You may even admit to some of those things that I’ve just mentioned but still be skeptical of the Christian faith. In fact, you may have tried the “Christian” thing and have never really gotten it. You may find the faith boring. You may not enjoy sitting down and reading the Bible yourself. You may feel frustrated with prayer. If all of that is the case, is it possible that what you’ve experienced so far is religion and not Jesus himself? Many people view the Christian faith as one of rules with no real joy or substance.

If you delight yourself in Him, He will give you the ultimate desires of your heart

But you see, Jesus is so much more than a set of rules and regulations. Many of us go around life existing and doing the very best we can—pursuing work and pleasure and many “good things.” These are often the gifts God provides but the problem is these are not ultimate things. If we drink of these things, we will ultimately be thirsty again.

In John 4 Jesus is talking to a Samaritan woman who is thirsty and wants to drink out of a well. While the woman thinks that what she really needs is a physical drink of water, Jesus tells her what her real need is. “Jesus answered, “Everyone who drinks this water will be thirsty again, but whoever drinks the water I give them will never thirst. Indeed, the water I give them will become in them a spring of water welling up to eternal life.” (John 4:13-14)

What Jesus is saying is that He is the only One who can truly satisfy every longing that you have. He is the only One who is truly all-satisfying. Jesus is also called the Bread of life who satisfies every true hunger that we have within us.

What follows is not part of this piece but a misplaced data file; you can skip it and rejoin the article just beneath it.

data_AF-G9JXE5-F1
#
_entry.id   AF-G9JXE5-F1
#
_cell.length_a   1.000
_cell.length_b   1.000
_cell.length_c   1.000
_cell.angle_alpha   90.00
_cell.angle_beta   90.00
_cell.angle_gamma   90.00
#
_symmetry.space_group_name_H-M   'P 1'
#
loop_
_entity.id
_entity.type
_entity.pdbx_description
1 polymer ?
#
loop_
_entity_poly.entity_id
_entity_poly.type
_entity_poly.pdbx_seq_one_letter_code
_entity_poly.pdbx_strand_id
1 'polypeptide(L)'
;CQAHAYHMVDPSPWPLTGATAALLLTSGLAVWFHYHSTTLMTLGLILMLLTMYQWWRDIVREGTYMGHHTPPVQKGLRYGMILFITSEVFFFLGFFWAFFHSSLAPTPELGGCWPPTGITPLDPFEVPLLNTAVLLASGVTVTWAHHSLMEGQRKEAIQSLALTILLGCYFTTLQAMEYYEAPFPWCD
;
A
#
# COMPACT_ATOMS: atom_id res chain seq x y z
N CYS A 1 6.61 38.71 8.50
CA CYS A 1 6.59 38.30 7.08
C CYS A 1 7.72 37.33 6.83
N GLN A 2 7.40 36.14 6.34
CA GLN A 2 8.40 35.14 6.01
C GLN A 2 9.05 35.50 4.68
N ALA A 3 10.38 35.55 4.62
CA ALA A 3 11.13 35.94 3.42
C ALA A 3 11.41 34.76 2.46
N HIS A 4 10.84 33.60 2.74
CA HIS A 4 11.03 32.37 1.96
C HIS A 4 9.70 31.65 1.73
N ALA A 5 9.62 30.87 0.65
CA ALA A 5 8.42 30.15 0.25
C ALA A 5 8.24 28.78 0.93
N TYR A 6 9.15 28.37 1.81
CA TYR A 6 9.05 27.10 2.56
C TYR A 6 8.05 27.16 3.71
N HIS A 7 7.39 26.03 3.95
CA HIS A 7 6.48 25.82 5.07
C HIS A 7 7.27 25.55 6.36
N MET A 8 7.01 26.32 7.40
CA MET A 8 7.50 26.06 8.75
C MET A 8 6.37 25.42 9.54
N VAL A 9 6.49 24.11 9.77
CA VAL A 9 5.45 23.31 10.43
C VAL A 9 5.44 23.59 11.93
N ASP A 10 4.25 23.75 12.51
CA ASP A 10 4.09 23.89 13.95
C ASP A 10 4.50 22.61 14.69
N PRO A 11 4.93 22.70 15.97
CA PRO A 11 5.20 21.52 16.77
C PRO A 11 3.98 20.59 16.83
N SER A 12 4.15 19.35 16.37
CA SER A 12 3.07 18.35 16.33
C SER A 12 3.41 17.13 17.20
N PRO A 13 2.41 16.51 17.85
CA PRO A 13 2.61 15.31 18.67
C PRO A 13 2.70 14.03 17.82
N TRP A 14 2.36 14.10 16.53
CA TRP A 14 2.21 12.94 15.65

Jesus is not just useful. He’s not just there when someone is sick or dying. He’s not just there when there is an important spiritual event happening in your life like a baptism, wedding or funeral. He’s there right now. He’s longing to come into your life to prove Himself over - being all satisfying in this life and in the life to come. He didn’t just come to meet your desires but to change your desires for Him. If you delight yourself in Him, He will give you the ultimate desires of your heart (Psalm 37:4).

I encourage you to think about that this New Year. Contemplate what Jesus offers. Ask Him to prove Himself as the only One who can truly satisfy so that when the stock market crashes, or the marriage ends, or the sickness returns, or the loved one dies, you can be confident that you have Christ and that is enough. I leave you with these verses from Philippians 3:8-11 to mediate on in 2019:

“What is more, I consider everything a loss because of the surpassing worth of knowing Christ Jesus my Lord, for whose sake I have lost all things. I consider them garbage, that I may gain Christ and be found in him, not having a righteousness of my own that comes from the law, but that which is through faith in Christ—the righteousness that comes from God based on faith. I want to know Christ—yes, to know the power of his resurrection and participation in his sufferings, becoming like him in his death, and so, somehow, attaining to the resurrection from the dead.”